Here we are in the first installment of this year’s book club. A quick note: there will be spoilers throughout the whole series. On the other hand, maybe that’s why you’re here. You want me to read the book, so you don’t have to. That’s fair.
The first book we’ll be looking at this year is The Women of Weird Tales: Stories by Everil Worrell, Eli Colter, Mary Elizabeth Counselman and Greye La Spina with an introduction by Melanie Anderson. It is the second book in Valancourt Books’s Monster She Wrote series, and the stories in it range from the 1920s to 1940s.
It must have been wild to see Weird Tales sitting on a newsstand back in the day. The stories collected in this book regularly play chicken with necrophilia, murder, and torture, but there the magazine was sitting right next to the evening news. Or so I imagine. Maybe they had a top shelf for all the smut adjacent magazines from the 1930s, you know the ones with weightlifters and beauty pageant models on the covers. The stories here are feverish and lurid in the best ways. Vampire children, soul extraction devices, misplaced desire (AKA the “they are dead but they’re still hella sexy” genre), and the occasional classic elder god from beyond space and time come to feed on humanity. Fun stuff!
Anderson’s introduction gives a good overview of Weird Tales as both a magazine and an institution. She also counters the persistent myth that women didn’t write for the pulps, or if they did, they needed to use male pseudonyms or mimic the style of male writers. Instead, she traces the different style and authors each of the magazine’s editors published, highlighting how popular the writers collected in this book were with the magazine’s original readers.
Everil Worrell worked as a stenographer and secretary for the US Department of the Treasury. Her work was still being adapted by Rod Serling in the 1970s. Mary Elizabeth Counselman was a writer, poet, and teacher who taught college in Alabama. Eli Colter was the pseudonym for May Eliza Frost who had a career writing across multiple genres. And lastly, Greye La Spina was from Massachusetts and worked as a photographer and stenographer in New York City before settling in small town Pennsylvania. It’s Greye La Spina’s “The Remorse of Professor Panebianco” from January 1925 that we’ll be looking at this week.
“The Remorse of Professor Panebianco” by Greye La Spina (January 1925)
Filippo and Giuseppe are a pair of scientists. Elena’s Filippo’s wife and lab assistant. Giuseppe’s stopped by Filippo’s lab to check out his latest experiment. It’s a series of glass globes and bells designed to capture the souls of the deceased. (In my head, I imagine this as a sort of soul-juicing machine.) Giuseppe’s also there because he has the hots for Elena. Filippo recounts how he and Elena have been trying to capture a human soul, but it’s so hard to find people who will agree to die for science and the authorities aren’t being helpful.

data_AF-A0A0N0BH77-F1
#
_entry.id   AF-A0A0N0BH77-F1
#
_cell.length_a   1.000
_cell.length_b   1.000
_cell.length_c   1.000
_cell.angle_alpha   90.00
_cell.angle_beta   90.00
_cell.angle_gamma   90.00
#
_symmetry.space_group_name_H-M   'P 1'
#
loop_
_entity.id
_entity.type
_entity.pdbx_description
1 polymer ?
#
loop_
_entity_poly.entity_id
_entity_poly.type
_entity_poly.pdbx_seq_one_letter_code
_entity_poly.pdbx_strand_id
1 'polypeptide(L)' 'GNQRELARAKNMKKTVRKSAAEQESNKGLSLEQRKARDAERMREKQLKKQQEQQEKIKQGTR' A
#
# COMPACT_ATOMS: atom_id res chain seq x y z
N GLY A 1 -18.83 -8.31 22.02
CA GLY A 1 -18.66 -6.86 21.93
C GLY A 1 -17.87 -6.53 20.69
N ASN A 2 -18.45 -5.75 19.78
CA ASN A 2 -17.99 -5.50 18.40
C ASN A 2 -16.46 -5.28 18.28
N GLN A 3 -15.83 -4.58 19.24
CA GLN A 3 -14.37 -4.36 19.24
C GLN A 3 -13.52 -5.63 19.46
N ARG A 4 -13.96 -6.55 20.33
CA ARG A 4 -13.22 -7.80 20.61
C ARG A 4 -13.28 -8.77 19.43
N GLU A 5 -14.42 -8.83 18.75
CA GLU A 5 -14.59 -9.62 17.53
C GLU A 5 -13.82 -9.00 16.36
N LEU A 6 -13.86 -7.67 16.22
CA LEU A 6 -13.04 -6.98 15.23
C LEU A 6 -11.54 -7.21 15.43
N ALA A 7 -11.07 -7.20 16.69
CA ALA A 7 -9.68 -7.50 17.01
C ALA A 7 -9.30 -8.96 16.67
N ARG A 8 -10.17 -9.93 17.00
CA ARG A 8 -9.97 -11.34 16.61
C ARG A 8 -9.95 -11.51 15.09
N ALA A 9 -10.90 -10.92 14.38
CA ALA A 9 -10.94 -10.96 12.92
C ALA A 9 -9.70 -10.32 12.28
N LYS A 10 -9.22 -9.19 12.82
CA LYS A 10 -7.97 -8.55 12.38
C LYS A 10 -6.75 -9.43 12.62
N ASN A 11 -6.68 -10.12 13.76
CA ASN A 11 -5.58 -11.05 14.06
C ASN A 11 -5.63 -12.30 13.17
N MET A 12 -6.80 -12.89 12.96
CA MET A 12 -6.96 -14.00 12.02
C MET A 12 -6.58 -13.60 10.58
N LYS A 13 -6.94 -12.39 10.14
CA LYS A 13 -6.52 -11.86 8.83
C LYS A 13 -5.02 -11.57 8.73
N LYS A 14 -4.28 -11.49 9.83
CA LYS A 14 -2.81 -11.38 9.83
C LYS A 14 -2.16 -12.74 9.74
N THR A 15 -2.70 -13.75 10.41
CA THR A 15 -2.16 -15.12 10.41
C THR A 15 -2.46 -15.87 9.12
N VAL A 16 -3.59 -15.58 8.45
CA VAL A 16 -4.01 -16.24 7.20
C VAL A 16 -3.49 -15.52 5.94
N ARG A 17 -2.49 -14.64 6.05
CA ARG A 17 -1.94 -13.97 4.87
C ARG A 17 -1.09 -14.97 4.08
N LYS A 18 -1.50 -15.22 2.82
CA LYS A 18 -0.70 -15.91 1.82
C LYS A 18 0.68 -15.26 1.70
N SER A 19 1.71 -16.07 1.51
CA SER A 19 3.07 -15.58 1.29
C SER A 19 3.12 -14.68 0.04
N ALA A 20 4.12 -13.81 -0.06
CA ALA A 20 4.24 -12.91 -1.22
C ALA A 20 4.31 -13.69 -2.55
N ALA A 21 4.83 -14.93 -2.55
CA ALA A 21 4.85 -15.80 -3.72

Now Elena is devoted to Filippo. In fact, she is obsessed with him. She might be his lab assistant, but she assists in gowns and is always trying to allure him with “loveliness of her splendid body”. Despite that, she might also be dying. There are mentions of her fever-flushed face and the fact that she appears to be wasting away. Giuseppe’s concerned about this. But Filippo, of course, notices nothing. He is all about the mind and not the pleasures of the body.
Elena realizes that whatever soul ends up in the machine, it’ll be worshipped by Filippo, so she offers herself. Giuseppe’s shocked, but Filippo is excited. Giuseppe does his best to put a stop to things but neither Elena nor Filippo listens to him. Instead, Filippo calls the authorities and local scientific community to come by and see the experiment. He brings Elena over to table under the machine and prepares for the juicing. But first Elena wants to smooch for a bit, which they do in front of Giuseppe who is still saying things like “This is infamous.” And it is. But no one cares.
While the scientific community and authorities arrive outside, Filippo stabs Elena with a knife and zoop her soul gets sucked into the machine. Filippo triumphantly lets the authorities in, eager to show them his wife’s soul in its glass tomb. But poor Filippo got so distracted by the smooching that he forgot to close some valve and instead of capturing his wife’s soul, he’s instead let it leak away into the ether. All the authorities see is an infernal machine, a dead woman, a knife wielding husband, and a shocked scientist. Arrests get made. Filippo’s last monolog is basically a condemnation of his wife for distracting him. His remorse is not that he killed her, but that he could not resist her kiss. The end.
I don’t think anyone would call this a good story. That said it’s certainly delicious in a lurid way—full of mad science, all-consuming desires, and shocking crimes. This will be a common theme I’ll keep coming back to throughout this series: the pleasure of lurid fiction. Many of the stories in this book lean into the bad thoughts, obsessiveness, and cruel bits the id likes to throw up for laughs. And that’s their charm. They aren’t simply giving vent to fear but depicting fear and horror as seductive. It’s maybe that quality that makes them “weird”. The fact that we don’t know where to stand as we read them.
Next week, DEATH.
And lo, the deed has been done. The beast vanquished. The dragon slain. The old anthology read. I skipped last week, because …*cough*mutter*mumble*… but finished the book this week as planned. So here we are, the last three stories.